Most of the proposed drop-down toasters, and many of the existing pop-up toasters use mechanical or electronic timing devices to determine the time of residence of the bread in the toasting compartment. A temperature sensor located in the toasting compartment is used to compensate the timer so that, if the toasting compartment is very hot, the toasting time is shortened, while if the toasting compartment is relatively cool, the toasting time is lengthened. The sensing devices are typically bimetallic elements in the case of mechanical timers, and thermistors in the case of electronic timers. In either case, the temperature sensing device is responsive to convection heating by the air within the toasting compartment whereas the bread is toasted primarily by radiant heat. Because the temperature sensor is responsive to convection heating, the compensation of the timer is subject to a number of disturbing factors, particularly where the bottom of the toasting compartment is open so that cool air can enter. For these reasons, compensation of the timer by sensing the temperature of the air within the toasting chamber does not necessarily produce the desired result, namely uniform toast.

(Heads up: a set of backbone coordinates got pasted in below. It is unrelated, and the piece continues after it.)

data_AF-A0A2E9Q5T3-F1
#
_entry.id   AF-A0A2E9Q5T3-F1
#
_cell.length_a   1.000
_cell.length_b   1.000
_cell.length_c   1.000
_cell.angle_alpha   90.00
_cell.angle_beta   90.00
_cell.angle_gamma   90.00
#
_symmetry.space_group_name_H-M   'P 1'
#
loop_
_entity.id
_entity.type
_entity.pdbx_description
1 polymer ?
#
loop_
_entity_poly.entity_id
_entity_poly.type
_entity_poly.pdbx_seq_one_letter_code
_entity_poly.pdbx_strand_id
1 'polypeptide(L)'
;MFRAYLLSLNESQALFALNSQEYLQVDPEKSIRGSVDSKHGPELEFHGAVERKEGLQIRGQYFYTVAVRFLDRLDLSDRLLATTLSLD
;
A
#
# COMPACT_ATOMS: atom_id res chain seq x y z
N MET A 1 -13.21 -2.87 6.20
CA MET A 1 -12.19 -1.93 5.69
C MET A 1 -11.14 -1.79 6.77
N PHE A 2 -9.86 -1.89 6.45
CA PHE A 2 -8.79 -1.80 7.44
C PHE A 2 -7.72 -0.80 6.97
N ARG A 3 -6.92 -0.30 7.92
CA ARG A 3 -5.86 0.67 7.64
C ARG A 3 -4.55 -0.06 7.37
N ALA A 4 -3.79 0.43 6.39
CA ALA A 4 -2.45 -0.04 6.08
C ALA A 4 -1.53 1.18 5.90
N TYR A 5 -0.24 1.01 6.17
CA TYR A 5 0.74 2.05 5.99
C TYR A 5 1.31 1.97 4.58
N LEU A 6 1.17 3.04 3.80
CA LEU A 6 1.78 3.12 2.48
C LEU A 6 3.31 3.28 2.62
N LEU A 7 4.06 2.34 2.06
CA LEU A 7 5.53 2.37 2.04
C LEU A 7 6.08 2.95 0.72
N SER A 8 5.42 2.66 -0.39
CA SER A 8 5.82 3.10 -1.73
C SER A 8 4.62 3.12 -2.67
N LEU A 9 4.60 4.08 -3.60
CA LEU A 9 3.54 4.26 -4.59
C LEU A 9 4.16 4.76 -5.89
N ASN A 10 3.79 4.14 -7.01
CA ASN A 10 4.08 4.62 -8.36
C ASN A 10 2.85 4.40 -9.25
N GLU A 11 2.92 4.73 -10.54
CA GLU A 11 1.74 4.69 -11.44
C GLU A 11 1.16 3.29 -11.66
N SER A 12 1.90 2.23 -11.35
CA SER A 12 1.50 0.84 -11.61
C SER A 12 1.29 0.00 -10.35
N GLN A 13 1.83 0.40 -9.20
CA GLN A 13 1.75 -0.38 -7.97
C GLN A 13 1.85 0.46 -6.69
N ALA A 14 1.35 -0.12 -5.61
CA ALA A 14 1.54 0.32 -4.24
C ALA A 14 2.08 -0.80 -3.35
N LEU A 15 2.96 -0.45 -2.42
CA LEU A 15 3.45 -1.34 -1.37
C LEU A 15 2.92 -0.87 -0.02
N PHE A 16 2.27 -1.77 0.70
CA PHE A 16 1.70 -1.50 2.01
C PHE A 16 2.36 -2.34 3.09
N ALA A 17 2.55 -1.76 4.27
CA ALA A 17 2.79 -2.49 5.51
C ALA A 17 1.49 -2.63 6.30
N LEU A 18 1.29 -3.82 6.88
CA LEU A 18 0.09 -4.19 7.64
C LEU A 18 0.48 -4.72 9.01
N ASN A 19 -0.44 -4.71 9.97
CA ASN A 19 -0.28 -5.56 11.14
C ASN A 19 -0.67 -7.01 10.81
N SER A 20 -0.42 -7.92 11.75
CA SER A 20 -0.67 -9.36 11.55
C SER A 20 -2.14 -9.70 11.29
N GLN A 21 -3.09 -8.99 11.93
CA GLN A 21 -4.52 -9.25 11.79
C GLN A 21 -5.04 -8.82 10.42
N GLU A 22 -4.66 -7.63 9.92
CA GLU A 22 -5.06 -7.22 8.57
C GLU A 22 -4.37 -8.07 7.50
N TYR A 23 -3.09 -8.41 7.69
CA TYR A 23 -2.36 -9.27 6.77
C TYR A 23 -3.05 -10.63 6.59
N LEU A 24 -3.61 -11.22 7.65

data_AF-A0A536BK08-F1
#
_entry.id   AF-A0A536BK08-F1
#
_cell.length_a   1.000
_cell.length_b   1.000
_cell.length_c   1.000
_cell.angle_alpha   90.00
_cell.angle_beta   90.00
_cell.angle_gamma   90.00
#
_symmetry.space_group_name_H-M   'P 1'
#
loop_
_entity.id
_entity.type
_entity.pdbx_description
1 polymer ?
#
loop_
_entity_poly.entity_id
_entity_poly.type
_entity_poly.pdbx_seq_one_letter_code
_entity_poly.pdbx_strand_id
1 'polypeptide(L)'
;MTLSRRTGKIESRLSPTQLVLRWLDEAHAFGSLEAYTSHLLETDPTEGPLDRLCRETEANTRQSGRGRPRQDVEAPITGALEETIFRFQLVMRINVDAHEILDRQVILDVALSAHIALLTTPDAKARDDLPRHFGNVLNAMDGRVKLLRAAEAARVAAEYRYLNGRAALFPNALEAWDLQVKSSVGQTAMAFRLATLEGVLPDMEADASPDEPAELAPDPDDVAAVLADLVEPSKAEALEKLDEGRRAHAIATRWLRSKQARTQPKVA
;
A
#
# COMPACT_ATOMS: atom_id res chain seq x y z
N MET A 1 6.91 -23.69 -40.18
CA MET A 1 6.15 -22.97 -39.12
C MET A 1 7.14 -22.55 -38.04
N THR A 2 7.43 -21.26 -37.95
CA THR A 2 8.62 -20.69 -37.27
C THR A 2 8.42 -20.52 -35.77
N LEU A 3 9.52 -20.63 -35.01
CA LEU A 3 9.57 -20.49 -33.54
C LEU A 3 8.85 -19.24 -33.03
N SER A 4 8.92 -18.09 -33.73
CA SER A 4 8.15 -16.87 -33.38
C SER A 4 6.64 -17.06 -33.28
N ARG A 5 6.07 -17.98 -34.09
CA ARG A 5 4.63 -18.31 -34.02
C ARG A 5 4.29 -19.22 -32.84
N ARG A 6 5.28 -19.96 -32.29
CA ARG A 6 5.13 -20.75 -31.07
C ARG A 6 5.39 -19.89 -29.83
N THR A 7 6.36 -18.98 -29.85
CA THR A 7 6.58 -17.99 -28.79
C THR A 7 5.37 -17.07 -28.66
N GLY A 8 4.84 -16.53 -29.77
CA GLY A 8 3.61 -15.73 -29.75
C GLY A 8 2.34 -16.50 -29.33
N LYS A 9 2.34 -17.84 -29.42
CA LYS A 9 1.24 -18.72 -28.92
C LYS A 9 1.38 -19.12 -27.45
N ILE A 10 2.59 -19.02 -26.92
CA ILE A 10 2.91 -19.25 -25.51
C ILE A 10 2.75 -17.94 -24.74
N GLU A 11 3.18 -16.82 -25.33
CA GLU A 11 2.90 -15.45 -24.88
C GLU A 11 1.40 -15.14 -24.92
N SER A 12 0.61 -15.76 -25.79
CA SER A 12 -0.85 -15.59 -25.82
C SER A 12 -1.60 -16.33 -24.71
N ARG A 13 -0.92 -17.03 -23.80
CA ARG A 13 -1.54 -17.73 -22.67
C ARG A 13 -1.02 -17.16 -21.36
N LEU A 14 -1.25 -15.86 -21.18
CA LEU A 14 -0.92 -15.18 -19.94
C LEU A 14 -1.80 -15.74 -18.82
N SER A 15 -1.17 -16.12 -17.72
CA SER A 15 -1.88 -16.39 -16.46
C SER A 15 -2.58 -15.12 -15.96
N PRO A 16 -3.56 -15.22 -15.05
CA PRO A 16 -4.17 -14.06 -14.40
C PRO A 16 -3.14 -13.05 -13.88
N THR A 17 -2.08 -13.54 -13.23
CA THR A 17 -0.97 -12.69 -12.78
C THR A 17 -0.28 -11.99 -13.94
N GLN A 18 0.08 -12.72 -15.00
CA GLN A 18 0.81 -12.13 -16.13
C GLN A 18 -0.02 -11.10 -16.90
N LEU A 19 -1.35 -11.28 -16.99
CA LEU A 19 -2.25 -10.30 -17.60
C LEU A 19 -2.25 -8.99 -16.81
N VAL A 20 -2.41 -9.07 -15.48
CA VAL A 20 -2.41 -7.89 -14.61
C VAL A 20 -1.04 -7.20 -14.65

Another problem in drop-down toasters is that certain kinds of bread, particularly those with high sugar content, such as raisin bread and refrigerated bread, tend to adhere to the wire guides in the vertical toasting compartment when heated. In some cases, this may prevent the toast from dropping out of the toasting compartment when the toast support pivots or slides out of the way. While this problem has been recognized, the proposed solution, namely a mechanism which shakes the toast loose after the bottom support is fully opened, is complicated and not completely satisfactory.
Another problem in conventional toasters of the type having temperature-compensated timers is that the timer is typically subjected to high temperatures from the toasting compartment. These high temperatures may affect the performance of the timer, and may occasionally cause its failure. This problem exists with mechanical timers as well as with electrical timers.
Another problem in conventional toasters using electronic timers is that the heating elements may occasionally become short-circuited. Short-circuiting of the heating elements is very likely to cause failure of the switching device controlling current in the heating elements. Such failure necessitates replacement of the entire electronic timer circuit.